National Police Commissioner Seppo Kolehmainen has voiced his reservations about the idea of de-criminalising drug use. (Markku Ulander – Lehtikuva)

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NATIONAL POLICE COMMISSIONER Seppo Kolehmainen has expressed his reservations about the idea of de-criminalising drug use in Finland.

“Police see death, violence, abuse, prostitution, family emergencies, parental despair and crimes in general in the drug-related world. It’s terribly difficult to accept any sort of liberalisation related to drugs,” he stated on MTV Uutisextra on Saturday.

Over 50,000 Finns have backed a citizens’ initiative for de-criminalising the use and possession of small amounts of cannabis, ensuring the initiative will be discussed in the Finnish Parliament. Maria Ohisalo, the chairperson of the Green League and Minister of the Interior, confirmed last week that the ruling party would also de-criminalise the use of other drugs but uphold penalties for drug trafficking.

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Kolehmainen on Saturday warned that the de-criminalisation would lead to an up-tick in crime and, possibly, pro-drug attitudes.

“Of course we’re worried about the possible impacts of this kind of de-criminalisation. The reality unfortunately is that drugs and drug-related offences are in the hands of organised crime almost without exception,” he said.

The Finnish Police Federation has similarly voiced its concern about the de-criminalisation of drug use, even though it has no official position on the issue, according to chairperson Jonne Rinne.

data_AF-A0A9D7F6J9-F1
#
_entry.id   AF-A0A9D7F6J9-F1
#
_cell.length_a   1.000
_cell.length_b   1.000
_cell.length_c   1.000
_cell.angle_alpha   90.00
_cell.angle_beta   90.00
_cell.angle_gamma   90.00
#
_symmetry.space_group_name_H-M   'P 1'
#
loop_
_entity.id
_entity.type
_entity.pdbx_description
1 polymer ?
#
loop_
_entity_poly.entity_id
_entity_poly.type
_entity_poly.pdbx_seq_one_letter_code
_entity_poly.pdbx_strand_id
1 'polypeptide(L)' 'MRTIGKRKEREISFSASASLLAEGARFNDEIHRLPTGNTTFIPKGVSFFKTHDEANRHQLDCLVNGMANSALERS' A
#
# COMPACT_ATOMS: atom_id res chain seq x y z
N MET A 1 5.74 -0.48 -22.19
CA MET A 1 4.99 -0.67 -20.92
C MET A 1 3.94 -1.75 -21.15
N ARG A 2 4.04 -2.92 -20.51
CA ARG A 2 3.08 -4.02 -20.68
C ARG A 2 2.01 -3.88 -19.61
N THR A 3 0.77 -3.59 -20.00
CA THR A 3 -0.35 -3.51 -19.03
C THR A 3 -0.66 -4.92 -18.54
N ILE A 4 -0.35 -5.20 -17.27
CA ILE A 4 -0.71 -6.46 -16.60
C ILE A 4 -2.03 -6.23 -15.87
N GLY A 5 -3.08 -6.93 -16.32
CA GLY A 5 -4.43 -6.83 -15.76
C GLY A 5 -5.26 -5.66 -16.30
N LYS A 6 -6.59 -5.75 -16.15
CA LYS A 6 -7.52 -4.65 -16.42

“We really do see drugs and other similar things in our work, and our members’ stance is that the negative effects of drugs are real. Because we can see the situation out in the field, this isn’t an ideological issue for us. Because we see the negative effects, we know police won’t be raising their thumbs in this case,” he stated to Uusi Suomi.

The Green League has also come under criticism from policy makers for its liberal position on the issue.

“I think Ohisalo should resign,” declared Veikko Vallin (PS), a first-term Member of the Finnish Parliament who is also known as the Trump of Tampere. “The reason is her open pro-drug stance and attempts to outright market drugs to young people.”

Aleksi Teivainen – HT
Source: Uusi Suomi

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